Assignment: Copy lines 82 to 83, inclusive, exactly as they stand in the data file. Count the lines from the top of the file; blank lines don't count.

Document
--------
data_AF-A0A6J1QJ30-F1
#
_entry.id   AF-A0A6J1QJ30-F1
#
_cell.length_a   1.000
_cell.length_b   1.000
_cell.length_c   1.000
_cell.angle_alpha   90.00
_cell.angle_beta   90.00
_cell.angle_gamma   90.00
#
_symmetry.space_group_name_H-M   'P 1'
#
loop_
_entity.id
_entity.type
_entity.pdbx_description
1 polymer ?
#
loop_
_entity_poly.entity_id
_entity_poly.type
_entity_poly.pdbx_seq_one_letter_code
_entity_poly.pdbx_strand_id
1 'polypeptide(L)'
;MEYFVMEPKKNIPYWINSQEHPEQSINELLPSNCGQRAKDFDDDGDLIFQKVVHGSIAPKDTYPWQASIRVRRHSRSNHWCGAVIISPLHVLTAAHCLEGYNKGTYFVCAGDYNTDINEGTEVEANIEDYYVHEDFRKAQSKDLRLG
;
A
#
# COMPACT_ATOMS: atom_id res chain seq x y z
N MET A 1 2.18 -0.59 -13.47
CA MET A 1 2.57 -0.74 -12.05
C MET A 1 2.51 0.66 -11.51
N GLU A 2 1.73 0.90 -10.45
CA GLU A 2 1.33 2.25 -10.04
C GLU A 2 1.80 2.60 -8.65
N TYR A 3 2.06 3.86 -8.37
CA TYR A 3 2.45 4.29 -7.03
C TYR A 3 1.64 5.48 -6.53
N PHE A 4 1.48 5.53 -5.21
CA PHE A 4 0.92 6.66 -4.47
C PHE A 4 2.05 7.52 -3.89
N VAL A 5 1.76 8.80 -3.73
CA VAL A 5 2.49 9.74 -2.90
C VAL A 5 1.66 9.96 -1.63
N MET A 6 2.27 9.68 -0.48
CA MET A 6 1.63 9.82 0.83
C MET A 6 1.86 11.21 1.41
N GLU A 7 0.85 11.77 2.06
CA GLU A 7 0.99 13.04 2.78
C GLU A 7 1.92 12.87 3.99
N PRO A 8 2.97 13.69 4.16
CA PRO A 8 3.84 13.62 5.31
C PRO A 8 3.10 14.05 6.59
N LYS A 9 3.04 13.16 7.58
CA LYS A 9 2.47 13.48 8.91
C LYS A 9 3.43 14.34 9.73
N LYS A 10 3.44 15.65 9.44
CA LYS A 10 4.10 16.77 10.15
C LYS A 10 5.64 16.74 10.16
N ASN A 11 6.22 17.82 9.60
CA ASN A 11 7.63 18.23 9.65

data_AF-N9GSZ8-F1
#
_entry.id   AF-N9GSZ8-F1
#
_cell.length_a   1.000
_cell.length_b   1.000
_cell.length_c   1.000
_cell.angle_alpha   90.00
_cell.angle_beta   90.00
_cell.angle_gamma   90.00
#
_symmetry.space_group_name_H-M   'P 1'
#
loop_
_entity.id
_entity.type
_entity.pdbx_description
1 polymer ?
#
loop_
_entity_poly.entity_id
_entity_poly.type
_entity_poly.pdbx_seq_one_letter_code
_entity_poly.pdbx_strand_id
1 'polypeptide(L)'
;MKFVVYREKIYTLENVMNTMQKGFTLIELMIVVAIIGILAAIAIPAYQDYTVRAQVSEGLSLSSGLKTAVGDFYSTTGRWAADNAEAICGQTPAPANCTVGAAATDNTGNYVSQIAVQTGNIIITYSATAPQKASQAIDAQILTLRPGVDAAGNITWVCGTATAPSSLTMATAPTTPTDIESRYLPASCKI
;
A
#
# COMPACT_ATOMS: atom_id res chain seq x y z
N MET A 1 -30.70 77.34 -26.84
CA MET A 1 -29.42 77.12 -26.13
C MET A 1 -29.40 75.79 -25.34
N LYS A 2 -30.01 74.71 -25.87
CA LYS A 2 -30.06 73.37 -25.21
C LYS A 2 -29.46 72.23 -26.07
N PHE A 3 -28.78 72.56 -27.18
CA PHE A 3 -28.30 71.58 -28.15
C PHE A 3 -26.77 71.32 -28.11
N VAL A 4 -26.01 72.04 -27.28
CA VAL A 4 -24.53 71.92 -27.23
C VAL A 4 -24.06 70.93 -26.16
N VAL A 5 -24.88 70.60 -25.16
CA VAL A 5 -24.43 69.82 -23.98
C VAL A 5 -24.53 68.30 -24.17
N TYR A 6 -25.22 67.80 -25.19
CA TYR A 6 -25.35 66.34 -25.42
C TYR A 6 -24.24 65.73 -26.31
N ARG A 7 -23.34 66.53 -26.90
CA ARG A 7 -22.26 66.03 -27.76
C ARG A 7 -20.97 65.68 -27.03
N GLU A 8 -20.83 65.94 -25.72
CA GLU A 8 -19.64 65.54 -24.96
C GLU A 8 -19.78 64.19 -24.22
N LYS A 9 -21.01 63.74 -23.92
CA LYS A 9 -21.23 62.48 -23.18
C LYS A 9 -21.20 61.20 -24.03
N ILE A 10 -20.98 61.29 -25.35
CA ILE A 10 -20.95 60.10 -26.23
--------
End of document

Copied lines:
loop_
_entity_poly.entity_id